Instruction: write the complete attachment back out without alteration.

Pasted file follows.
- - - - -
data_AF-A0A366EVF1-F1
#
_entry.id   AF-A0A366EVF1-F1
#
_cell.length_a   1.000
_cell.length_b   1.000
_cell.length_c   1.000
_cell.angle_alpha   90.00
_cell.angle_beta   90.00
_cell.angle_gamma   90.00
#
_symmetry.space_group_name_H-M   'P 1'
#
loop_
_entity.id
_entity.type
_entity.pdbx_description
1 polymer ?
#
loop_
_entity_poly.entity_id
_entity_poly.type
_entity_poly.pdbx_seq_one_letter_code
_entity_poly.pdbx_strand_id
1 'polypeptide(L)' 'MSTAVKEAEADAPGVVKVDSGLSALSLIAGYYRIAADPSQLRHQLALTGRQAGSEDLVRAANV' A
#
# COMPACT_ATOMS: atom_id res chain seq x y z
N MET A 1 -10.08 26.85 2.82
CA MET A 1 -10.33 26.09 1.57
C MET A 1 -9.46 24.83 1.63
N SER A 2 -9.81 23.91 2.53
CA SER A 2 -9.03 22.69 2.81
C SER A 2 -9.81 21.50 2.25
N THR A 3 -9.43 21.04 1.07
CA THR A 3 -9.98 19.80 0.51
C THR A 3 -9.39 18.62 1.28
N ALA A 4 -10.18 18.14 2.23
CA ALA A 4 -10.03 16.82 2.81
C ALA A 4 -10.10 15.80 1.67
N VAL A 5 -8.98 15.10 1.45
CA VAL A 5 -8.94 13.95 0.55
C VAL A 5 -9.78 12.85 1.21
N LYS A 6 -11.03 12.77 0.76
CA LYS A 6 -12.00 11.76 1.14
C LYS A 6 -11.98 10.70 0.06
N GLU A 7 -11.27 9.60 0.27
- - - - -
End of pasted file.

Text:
data_AF-A0A366EVF1-F1
#
_entry.id   AF-A0A366EVF1-F1
#
_cell.length_a   1.000
_cell.length_b   1.000
_cell.length_c   1.000
_cell.angle_alpha   90.00
_cell.angle_beta   90.00
_cell.angle_gamma   90.00
#
_symmetry.space_group_name_H-M   'P 1'
#
loop_
_entity.id
_entity.type
_entity.pdbx_description
1 polymer ?
#
loop_
_entity_poly.entity_id
_entity_poly.type
_entity_poly.pdbx_seq_one_letter_code
_entity_poly.pdbx_strand_id
1 'polypeptide(L)' 'MSTAVKEAEADAPGVVKVDSGLSALSLIAGYYRIAADPSQLRHQLALTGRQAGSEDLVRAANV' A
#
# COMPACT_ATOMS: atom_id res chain seq x y z
N MET A 1 -10.08 26.85 2.82
CA MET A 1 -10.33 26.09 1.57
C MET A 1 -9.46 24.83 1.63
N SER A 2 -9.81 23.91 2.53
CA SER A 2 -9.03 22.69 2.81
C SER A 2 -9.81 21.50 2.25
N THR A 3 -9.43 21.04 1.07
CA THR A 3 -9.98 19.80 0.51
C THR A 3 -9.39 18.62 1.28
N ALA A 4 -10.18 18.14 2.23
CA ALA A 4 -10.03 16.82 2.81
C ALA A 4 -10.10 15.80 1.67
N VAL A 5 -8.98 15.10 1.45
CA VAL A 5 -8.94 13.95 0.55
C VAL A 5 -9.78 12.85 1.21
N LYS A 6 -11.03 12.77 0.76
CA LYS A 6 -12.00 11.76 1.14
C LYS A 6 -11.98 10.70 0.06
N GLU A 7 -11.27 9.60 0.27